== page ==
“Listen, a voice calls in the wilderness: Prepare the way for G-d. Make straight in the desert a path for G-d:” Even in the throes of despair, lost deep in the wilderness, we all have a voice that call out from time to time, and perhaps more often than that if you allow it to speak and allow yourself to listen. In our darkest moments we can pave a way toward redemption. Because embedded within the shadows lays enormous potency.

“Every valley will be lifted up, and every mountain and hill made low; the crooked will become level and rough places a plain:” Life is a cycle. Like a spinning wheel, even the dips in life are only a step away from the wheel’s ascent. And vice versa.

“And G-d’s glory will be revealed and all flesh will see it together; for G-d’s mouth has spoken:” Even – or perhaps only – our flesh, our hedonistic experiences of pleasure, even the most depraved, can lead us to seeing the deepest dimensions of the Divine Essence. As Chassidic teachings explain: The material, created “yesh” (the ego of the flesh) originates in the true “yesh” (the Essence of the Divine). One who has self-indulged and been consumed by addiction and other material obsessions, can channel and transform these passions into powerful forces of good.

“Listen! One says: ‘Shout!’ And he says: ‘What shall I shout?’ ‘Shout that mankind is grass, and all its beauty is like the flower of the field; The grass withers, the flower fades beneath G-d’s breath; surely the people are like grass. The grass withers, the flower fades; but G-d’s word will stand forever.’” Shout – yes, shout. Yell out from your very guts that not just hurt souls but all of us wither and fade. Only by connecting to the Higher Reality do we mortals gain access to the immortal.

“Like a shepherd He will feed his flock. He will gather the lambs in His arms, carry them in His bosom, gently leading those with young:” When you are vulnerable and allow yourself to be lifted, your Divine soul will carry you through the darkest times. The one set of footprints in the sand are those of G-d carrying you when you had no strength of your own to survive.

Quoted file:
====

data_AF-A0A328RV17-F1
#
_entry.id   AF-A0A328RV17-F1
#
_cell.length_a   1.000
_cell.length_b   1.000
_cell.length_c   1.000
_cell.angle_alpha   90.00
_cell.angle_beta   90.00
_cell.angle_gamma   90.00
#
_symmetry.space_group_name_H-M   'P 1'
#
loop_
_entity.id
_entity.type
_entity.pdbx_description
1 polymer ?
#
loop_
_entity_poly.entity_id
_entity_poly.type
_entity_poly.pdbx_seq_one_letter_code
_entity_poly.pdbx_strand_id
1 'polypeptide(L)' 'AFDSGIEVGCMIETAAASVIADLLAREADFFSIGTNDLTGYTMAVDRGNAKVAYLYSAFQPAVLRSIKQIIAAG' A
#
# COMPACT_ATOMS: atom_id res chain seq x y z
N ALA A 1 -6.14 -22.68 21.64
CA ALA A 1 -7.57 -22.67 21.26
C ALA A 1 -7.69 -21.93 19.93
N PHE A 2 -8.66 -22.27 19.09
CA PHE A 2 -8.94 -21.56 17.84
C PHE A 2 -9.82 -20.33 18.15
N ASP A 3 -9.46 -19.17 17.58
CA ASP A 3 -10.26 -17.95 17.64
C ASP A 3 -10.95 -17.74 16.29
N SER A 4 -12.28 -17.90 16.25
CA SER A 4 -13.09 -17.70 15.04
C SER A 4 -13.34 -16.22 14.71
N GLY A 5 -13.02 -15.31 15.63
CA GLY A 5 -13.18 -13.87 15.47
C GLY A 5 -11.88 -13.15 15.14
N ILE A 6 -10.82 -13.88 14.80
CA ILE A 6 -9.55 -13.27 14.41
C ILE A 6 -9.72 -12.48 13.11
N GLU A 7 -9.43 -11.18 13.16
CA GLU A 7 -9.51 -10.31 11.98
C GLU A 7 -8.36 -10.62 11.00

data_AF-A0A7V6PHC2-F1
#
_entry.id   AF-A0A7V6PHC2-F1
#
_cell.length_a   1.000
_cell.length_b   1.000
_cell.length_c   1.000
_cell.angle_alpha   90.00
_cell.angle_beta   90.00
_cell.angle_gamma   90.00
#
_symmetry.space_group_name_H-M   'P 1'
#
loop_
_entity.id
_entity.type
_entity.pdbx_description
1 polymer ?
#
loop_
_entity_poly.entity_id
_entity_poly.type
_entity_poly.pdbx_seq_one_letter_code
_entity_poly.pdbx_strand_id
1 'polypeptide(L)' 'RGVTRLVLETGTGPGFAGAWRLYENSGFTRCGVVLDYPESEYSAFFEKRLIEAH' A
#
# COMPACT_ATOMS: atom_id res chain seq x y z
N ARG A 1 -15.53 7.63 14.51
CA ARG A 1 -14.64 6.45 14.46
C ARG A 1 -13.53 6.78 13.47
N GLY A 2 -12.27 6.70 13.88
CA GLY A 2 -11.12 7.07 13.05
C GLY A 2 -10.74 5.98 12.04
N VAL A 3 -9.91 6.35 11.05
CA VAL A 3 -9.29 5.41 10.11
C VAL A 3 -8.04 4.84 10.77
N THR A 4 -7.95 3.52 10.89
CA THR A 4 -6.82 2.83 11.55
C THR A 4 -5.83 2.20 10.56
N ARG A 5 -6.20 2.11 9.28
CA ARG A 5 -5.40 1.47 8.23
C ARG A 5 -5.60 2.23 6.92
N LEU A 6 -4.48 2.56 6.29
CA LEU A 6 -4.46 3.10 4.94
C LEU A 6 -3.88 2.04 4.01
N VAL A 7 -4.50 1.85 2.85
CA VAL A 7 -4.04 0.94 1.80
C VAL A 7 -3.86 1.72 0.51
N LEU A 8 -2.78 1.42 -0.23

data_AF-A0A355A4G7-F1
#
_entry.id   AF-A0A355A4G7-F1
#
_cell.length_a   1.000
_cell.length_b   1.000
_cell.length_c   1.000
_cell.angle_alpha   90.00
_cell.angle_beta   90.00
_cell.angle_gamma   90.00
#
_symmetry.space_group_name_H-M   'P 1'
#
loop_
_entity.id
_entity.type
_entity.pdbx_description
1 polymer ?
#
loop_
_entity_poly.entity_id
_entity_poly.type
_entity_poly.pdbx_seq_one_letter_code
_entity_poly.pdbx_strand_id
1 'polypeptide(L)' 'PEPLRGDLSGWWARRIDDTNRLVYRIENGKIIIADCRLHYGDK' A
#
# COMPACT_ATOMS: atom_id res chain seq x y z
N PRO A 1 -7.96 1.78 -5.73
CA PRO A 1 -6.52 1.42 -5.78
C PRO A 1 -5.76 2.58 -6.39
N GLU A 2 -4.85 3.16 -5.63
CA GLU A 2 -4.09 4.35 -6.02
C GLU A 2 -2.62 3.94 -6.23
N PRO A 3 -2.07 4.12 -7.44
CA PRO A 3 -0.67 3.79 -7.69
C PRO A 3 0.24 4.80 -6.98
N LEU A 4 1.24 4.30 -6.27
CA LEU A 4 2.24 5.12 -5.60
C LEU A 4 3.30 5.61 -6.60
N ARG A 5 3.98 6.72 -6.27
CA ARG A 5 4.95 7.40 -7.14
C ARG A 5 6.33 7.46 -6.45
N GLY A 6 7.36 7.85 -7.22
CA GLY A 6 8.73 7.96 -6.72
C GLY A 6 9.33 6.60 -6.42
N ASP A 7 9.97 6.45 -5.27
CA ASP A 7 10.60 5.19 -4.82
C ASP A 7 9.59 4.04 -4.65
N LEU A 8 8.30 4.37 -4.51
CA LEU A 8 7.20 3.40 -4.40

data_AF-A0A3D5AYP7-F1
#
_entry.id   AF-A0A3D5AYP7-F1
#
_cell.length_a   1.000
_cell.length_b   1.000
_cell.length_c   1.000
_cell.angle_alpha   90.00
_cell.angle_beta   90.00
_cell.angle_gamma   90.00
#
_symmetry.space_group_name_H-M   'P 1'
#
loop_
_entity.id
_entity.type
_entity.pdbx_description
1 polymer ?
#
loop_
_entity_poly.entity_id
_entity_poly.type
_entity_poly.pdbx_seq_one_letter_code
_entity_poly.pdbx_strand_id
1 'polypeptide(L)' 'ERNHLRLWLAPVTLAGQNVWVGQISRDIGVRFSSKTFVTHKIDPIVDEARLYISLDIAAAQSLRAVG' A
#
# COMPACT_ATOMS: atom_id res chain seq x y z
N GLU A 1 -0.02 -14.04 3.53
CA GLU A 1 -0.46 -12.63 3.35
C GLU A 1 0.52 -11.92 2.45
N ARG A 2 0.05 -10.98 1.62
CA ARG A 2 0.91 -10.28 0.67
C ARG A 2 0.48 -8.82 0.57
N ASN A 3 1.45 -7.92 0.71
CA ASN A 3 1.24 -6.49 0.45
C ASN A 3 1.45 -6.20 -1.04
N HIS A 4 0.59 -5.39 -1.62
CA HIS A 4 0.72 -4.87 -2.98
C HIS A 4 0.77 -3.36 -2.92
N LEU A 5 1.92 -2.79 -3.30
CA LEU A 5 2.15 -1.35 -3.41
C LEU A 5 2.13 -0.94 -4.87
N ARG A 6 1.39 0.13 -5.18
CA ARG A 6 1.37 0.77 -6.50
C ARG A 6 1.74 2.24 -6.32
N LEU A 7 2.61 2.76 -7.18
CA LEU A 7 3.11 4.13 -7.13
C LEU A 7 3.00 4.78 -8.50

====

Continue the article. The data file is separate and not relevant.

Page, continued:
“Do you not know? Do you not hear? Have you not been told from the beginning? Haven’t you understood from the foundations of the earth?” – People living in their comfort zones can often not see the inner truths. They are trapped on the surface level of existence. When you have nothing, you have nothing to lose and only to gain. Suffering and upheaval reveals cracks in the veneer, allowing us a peek inside, into the foundations of existence. When all is dark – a new light can shine through. But we need to avoid being trapped in our despair. We need to attune our perception and cup our ears – and listen to the voice that goes back to the beginning of it all.

“Lift up your eyes on High, and see. Who created these? He who brings out their host by number, calling them all by name through the greatness of His might, and the force of His power:” Those surrounded by material success, who see the functioning world around them, can be seduced and blinded by their own vision; they see nothing but themselves and their self-interests.  When everything around you is shrouded and you have nowhere to turn, except to your own self-destructive patterns, you have the unique opportunity – not being deluded by the follies of existence – to lift up your eyes on High and see the force that has put all in place.

And the Haftorah concludes: